What of Henry Farr’s men? Apart from Thomas Peatchey, several other members of his ill-fated Essex Trained Band regiment are known to have petitioned the authorities after the Restoration. John Hoskins of South Hanningfield, John Skinner of Runwell, and Robert Hoskins of Chelmsford all received gratuities from the Essex Quarter Sessions in July 1661, as did a widow called Margaret Alsoppe, together with John Sweeteing, Thomas Sharpe and Henry Stokes. William Witham (aka Wytham), a blacksmith from Writtle, near Chelmsford, petitioned in 1674 and again in 1675. He had been a corporal in Stephen Smith’s company throughout the siege. He and all the other petitioners waxed lyrical about their unswerving loyalty to ‘Charles the First of blessed memory’. It would be interesting to know how they had explained themselves to their parliamentarian captors back in 1648. Parliamentarian journalists claimed that Farr had drawn ‘many an innocent man of the Trained band under the pretence to muster, not knowing they should ingage in matter of blood, he never discovering unto them what his intentions were of ingaging them in a Warre against the Parliament.’ Like Farr, it would seem that his men may also have tailored their narratives to suit the changing times.

[I am very grateful to my brother Roger Appleby for additional research on Henry Farr’s father.]


Since this blog was published, Dr Christopher Thompson has kindly contacted us with some interesting information regarding the relationship between Henry Farr and Robert Rich, 2nd Earl of Warwick. Documents held in the British Library [BL Lansdowne 662] show that Walter Farr (who was either Henry’s grandfather or great-grandfather) was the receiver-general of Sir Richard Rich, 1st Baron Rich of Leez Priory (the great-grandfather of the 2nd Earl of Warwick). Following this lead, we have discovered that the Farrs’ manor of Great Burstead was originally in the possession of Sir Richard Rich, who alienated it to Walter Farr and his heirs. The longstanding ties between the two families provide further clues as to why the Earl of Warwick continued to support Henry Farr despite the latter’s difficulties with the parliamentarian authorities – at least, until Farr’s defection to the royalist cause in 1648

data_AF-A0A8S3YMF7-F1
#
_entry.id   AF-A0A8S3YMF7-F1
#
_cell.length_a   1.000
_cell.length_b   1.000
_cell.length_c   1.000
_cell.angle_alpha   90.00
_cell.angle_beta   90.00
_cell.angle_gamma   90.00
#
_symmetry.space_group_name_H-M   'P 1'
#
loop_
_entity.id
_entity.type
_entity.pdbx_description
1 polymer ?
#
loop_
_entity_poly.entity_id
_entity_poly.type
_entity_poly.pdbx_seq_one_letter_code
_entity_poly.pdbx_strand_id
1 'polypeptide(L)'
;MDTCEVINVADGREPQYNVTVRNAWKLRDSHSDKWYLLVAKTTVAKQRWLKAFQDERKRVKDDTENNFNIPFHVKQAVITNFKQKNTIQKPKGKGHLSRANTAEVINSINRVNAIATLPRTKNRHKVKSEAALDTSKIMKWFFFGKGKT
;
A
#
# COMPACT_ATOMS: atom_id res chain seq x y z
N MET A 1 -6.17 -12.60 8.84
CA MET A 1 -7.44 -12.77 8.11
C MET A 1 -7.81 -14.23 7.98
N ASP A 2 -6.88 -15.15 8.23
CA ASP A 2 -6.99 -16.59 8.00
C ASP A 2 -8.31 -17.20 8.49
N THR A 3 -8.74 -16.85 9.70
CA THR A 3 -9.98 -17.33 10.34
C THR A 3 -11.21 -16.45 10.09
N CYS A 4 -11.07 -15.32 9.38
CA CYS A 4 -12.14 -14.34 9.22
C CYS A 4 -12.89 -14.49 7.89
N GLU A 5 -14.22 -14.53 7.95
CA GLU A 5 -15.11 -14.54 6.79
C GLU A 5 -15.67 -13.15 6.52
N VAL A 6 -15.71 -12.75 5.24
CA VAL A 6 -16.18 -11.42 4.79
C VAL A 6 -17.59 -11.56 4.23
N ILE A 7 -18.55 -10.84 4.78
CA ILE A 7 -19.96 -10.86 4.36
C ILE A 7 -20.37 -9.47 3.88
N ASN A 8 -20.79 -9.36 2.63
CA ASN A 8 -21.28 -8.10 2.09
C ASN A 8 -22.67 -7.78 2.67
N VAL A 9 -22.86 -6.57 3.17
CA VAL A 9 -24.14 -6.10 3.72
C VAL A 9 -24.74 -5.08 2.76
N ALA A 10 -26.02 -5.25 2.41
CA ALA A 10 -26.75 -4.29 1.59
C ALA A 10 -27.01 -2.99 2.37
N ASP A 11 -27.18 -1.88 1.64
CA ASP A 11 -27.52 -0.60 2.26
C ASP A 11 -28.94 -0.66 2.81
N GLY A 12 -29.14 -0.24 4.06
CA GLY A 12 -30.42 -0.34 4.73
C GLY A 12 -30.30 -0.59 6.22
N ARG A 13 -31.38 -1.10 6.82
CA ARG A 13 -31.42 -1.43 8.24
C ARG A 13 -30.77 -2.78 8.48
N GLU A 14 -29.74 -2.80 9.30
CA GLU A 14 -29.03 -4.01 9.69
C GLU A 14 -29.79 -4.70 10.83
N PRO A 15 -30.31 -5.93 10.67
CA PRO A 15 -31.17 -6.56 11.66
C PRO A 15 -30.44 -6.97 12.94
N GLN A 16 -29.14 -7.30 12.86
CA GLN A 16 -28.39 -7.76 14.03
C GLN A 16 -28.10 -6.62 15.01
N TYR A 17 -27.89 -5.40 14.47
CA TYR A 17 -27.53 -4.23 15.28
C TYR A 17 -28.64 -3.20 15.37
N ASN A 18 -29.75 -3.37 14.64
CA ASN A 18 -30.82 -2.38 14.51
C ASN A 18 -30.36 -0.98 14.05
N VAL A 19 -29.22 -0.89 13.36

As regards Henry Farr’s escape from Colchester in 1648, Dr Thompson advises that that the reason parliamentarians could not find Farr in the King’s Head when they went to fetch him for execution was because he had found a good hiding place – namely, an oven!

Further reading

Robert Ashton, Counter-Revolution: The Second Civil War and its Origins 1646-8 (1994).

Clive Holmes, ‘The affair of Colonel Long: relations between Parliament, the Lord General and the county of Essex in 1643’, Transactions of the Essex Archaeological Society, 3rd series, vol. 2, no. 3 (1970), pp. 210-215.

Andrew Hopper, Turncoats and Renegadoes: Changing Sides during the English Civil Wars (2012).

Frank Hussey, Suffolk Invasion: the Dutch Attack on Landguard Fort, 1667 (1983).

Brian Lyndon, ‘Essex and the King’s cause in 1648’, The Historical Journal, vol. 29, no. 1 (1986), pp. 17-29.